Definition and Overview

Triglycerides are a type of fat or lipid that the body uses for energy. They are produced in the liver. They can also be sourced from certain foods. Examples are animal meat, nuts, and avocados, to name a few.

Hypertriglyceridemia occurs when a person accumulates high amounts of stored triglycerides. The condition can cause a number of medical problems. It increases the risk of heart disease as well as pancreatitis (inflammation of the pancreas).

Causes of Condition

The condition can occur due to a number of reasons. A child can inherit it from his or her parents. A person who has the condition has a 50% chance of passing it to his or her children. Other causes are the following:

  • Insulin resistance. Insulin is a hormone produced by the pancreas. It delivers glucose to cells. When cells fail to use insulin efficiently, the levels of blood glucose increase. This prevents the insulin from converting fat into energy.

  • A diet that is high in carbohydrates - This type of diet tends to increase the risk of insulin resistance. Carbs contain large amounts of sugar. Most of the time, the body cannot use a lot of it immediately. Thus, much of it is converted and stored as fat. Also, the more carbs a person eats, the more the liver tends to produce more fat.

  • Inactivity - People who do not do anything or do little to break a sweat are not using their stored fat. Thus, doctors often advise regular exercise and activities that can keep a person moving.

  • Deep belly fat - Fat can build up in many parts of the body. In some cases, they do not go beyond the first layer of the skin. However, fat can also build up in between vital organs, such as the pancreas and liver. This type of fat can cause more serious health problems.

  • Alcohol abuse - Alcohol can do a lot of damage to a person’s body. It contains high amounts of sugar and calories.

Other possible causes and risk factors are:

  • A diet high in fat - Hypertriglyceridemia is much more common in countries where people regularly eat foods that are high in fat. These include processed meat products as well as junk foods. Examples are bacon, hamburgers, and French fries.

  • Smoking - Most people know that smoking causes damage to the lung tissue. However, only a few realise that it causes more deaths from heart disease than lung disorders. This is because it changes blood fat concentrations.

  • Kidney disease - Lipid abnormalities are very common in people with chronic kidney disease.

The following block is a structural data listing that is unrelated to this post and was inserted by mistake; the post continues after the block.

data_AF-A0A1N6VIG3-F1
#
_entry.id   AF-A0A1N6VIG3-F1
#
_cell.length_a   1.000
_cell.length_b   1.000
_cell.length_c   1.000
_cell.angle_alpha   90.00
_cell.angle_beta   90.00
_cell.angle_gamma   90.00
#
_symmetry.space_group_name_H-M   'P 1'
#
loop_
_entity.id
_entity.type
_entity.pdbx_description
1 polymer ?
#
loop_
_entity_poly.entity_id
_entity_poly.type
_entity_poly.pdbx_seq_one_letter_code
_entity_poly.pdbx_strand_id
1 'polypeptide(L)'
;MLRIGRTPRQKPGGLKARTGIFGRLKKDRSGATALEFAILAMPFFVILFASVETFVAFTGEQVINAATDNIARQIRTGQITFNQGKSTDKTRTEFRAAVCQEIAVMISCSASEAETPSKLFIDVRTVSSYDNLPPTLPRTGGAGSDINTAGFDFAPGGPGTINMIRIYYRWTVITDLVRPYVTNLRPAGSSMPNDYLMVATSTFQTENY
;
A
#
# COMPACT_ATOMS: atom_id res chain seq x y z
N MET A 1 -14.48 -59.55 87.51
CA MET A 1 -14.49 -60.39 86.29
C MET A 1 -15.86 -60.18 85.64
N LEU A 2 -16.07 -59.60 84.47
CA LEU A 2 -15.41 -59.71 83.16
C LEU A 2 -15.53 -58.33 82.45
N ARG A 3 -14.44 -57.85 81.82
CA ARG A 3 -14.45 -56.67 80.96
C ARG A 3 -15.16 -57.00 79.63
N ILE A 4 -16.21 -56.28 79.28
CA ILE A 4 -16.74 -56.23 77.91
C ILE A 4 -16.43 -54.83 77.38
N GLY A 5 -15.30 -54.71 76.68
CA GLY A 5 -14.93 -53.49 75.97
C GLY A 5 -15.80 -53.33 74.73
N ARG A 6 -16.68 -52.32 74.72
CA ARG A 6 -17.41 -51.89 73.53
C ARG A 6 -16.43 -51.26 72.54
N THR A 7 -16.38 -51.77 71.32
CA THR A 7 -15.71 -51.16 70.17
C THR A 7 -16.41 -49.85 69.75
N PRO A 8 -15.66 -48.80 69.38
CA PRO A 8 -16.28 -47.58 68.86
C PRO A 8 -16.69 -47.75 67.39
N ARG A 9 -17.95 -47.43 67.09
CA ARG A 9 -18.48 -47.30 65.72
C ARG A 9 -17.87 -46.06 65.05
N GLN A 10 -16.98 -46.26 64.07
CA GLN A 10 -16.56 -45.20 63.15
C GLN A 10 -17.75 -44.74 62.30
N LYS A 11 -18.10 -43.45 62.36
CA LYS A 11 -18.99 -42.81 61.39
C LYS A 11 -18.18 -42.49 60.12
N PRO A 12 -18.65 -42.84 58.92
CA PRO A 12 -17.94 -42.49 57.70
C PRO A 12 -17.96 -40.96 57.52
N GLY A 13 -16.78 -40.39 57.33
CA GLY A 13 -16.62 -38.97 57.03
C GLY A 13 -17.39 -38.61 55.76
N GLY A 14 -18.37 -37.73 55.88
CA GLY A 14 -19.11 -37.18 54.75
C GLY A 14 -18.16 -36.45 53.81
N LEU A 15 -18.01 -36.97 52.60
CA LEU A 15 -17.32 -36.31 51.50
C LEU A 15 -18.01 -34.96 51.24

• Hypothyroidism - An underactive thyroid can also increase the risk of the condition.

Key Symptoms

The condition does not have symptoms in the early stages. This is the reason why it is often overlooked. It is also the reason why most people are diagnosed only when their pancreas is already swollen. This results in fever, nausea, and vomiting. Most people also experience abdominal pain. Some also lose their appetite and lose weight.

Other symptoms are:

  • Xanthomas - These are fatty growths that form underneath the skin. They are commonly found on the chest, arms, and buttocks. They can also be seen on the hands, feet, and elbows.

  • Memory loss and dementia - These are observed in most severe cases.

  • Corneal arcus - This is a grey or whitish arc that forms around the outer part of the cornea.

Who to See and Types of Treatments Available

Early diagnosis is the key to help patients prevent serious complications. Doctors use a simple blood test, called a lipid panel to diagnose the condition. This test is quick and very accurate.

The condition is managed by lowering the levels of triglycerides in the blood. In some cases, this can be done without medications. Doctors often advise patients to:

  • Choose “good fats” over “bad fats” - The body needs fat for energy. Foods that are high in good fats are some fruits (such as avocados), cheese, whole eggs, and fatty fish. It is also recommended to include vegetables in one’s diet as well as whole grains, which are rich in fiber.

  • Avoid or quit drinking alcohol.

  • Stop smoking as soon as possible.

  • Be more active to burn more calories. Doctors advise exercising daily for at least 30 minutes. Brisk walking and doing household chores can also help. The more active the person becomes, the lesser is his or her risk of any type of condition.

  • Lose weight. Being overweight or obese puts a person at a greater risk of many health problems.

Doctors can also prescribe medications. The most commonly used are statins. Statins work by lowering triglyceride levels. They can also slightly increase a person’s levels of “good cholesterol.”

References:

  • Mahley RW, Rall SC Jr. Type III hyperlipoproteinemia (dysbetalipoproteinemia): the role of apolipoprotein E in normal and abnormal metabolism. Scriver CR, Beaudet AR, Sly WS, Valle D, eds. The Metabolic and Molecular Bases of Inherited Disease. 8th ed. New York: McGraw-Hill; 2001. 2835-62.

  • Miller M, Stone NJ, Ballantyne C, Bittner V, Criqui MH, Ginsberg HN, et al. Triglycerides and cardiovascular disease: a scientific statement from the American Heart Association. Circulation. 2011 May 24. 123(20):2292-333.

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